In a shocking and unexpected move, overtly progressive Christian bloggers have been making bad arguments against unpopular conservative forms of Christianity and their whacky view of the Bible. If I were not so busy pummeling homeless people with my fists and stockpiling guns, I would be outraged.
It started like this: Someone shared a link to an article by Fred Clark, summarising an article on 2 Timothy 3:16, telling us that his “fundamentalist” friends (he elsewhere in the article refers to them as “fundies”) like to use this verse to address any question about “the infallibility or inerrancy or “literal” interpretation of the Bible.” Surely there’s a bit of rhetorical overstatement here – I’m yet to encounter people using this passage to show that a “literal” interpretation of the whole Bible is correct. But Clark’s point – or at least the one that caught my eye and prompted me to comment on Facebook when somebody shared the article, was about authority.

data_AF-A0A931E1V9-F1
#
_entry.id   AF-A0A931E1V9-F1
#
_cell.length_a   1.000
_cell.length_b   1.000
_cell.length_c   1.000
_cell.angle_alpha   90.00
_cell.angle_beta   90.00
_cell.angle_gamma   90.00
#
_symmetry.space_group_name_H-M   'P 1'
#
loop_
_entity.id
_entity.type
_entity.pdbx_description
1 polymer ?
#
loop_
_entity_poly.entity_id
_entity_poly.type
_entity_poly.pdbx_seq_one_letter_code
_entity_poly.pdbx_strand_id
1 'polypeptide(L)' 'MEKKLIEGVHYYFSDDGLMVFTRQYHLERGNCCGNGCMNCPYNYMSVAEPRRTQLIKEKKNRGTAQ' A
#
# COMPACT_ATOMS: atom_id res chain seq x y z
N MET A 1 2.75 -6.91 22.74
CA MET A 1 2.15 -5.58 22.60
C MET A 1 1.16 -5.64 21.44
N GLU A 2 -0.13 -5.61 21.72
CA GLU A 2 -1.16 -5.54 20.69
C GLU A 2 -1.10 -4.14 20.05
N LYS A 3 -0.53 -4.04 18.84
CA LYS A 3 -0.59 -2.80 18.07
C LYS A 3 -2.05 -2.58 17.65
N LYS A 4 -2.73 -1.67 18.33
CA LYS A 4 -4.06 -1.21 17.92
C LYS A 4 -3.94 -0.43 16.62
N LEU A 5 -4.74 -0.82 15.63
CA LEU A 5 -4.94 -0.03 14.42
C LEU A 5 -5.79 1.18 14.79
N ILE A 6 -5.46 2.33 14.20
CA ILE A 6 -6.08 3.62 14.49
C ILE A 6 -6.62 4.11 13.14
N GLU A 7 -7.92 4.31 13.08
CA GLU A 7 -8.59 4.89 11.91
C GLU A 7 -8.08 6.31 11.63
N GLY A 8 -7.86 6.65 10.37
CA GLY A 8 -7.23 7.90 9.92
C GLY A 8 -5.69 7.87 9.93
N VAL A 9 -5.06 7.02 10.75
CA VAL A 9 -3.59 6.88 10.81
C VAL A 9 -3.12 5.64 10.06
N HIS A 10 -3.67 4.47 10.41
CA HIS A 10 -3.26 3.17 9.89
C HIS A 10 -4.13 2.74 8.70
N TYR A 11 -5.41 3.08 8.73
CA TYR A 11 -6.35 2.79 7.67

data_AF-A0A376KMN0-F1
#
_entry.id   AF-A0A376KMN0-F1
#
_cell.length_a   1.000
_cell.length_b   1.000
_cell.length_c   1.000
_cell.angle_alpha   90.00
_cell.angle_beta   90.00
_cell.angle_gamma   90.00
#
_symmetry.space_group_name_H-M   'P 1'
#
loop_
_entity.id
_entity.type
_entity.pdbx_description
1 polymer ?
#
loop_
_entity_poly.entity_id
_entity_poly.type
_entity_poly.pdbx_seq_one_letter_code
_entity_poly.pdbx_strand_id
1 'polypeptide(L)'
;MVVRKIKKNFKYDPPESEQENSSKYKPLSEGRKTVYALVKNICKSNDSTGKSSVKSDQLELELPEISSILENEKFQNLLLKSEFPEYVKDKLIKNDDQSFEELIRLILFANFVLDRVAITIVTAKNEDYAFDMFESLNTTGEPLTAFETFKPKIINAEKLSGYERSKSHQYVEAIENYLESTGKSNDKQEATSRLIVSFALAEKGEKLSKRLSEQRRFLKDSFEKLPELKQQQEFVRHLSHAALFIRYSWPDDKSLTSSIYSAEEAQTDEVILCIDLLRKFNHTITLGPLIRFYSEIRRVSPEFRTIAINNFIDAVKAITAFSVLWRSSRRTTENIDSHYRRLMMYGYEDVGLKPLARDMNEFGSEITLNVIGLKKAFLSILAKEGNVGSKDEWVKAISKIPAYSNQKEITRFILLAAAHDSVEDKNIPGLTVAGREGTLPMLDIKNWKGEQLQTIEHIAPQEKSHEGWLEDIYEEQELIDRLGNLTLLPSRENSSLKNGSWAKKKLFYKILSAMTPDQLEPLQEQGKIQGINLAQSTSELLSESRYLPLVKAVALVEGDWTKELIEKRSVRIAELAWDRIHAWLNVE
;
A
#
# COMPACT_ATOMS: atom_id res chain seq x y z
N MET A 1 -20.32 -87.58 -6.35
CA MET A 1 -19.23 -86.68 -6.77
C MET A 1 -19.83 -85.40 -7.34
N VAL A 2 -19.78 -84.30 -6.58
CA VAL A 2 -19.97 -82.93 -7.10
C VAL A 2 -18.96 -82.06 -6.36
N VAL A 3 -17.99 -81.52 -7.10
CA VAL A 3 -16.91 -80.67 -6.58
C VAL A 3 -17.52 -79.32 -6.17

Fred says that Paul doesn’t claim that Scripture is authoritative or inerrant. He only claims that Scripture is “useful”:1
This verse doesn’t claim that scripture is authoritative, or infallible, or inerrant. It claims that scripture is “useful.” As McGrath puts it: “The focus is entirely on behavior. Scriptures are not said to impart right doctrine, but to be useful in training people in living a particular way.” [Emphasis added]
On the face of it, this is not true. Sure, Paul is, in this context, talking about behaviour. But this verse doesn’t only say that Scripture is useful, it says that Scripture is god-breathed and useful. The writer of the blog was simply omitting the first part of what Paul says, and as a result his claim was false. When “fundies” cite this verse to show that Paul thought Scripture had authority, they are not referring to the fact that he called Scripture “useful” (although of course they don’t deny that). They are talking about the fact that Paul considered the Scripture to be breathed by God. So to deny that Paul calls Scripture authoritative on the grounds that he actually called it useful is simply not a true thing to say.
- I understand that some people think Paul didn’t write the pastoral Epistles, including 1 and 2 Timothy. In recent years I’ve become impressed by the flimsiness of the arguments against Pauline authorship of these letters. I will not comment on that issue here, but I will refer here to the author as Paul.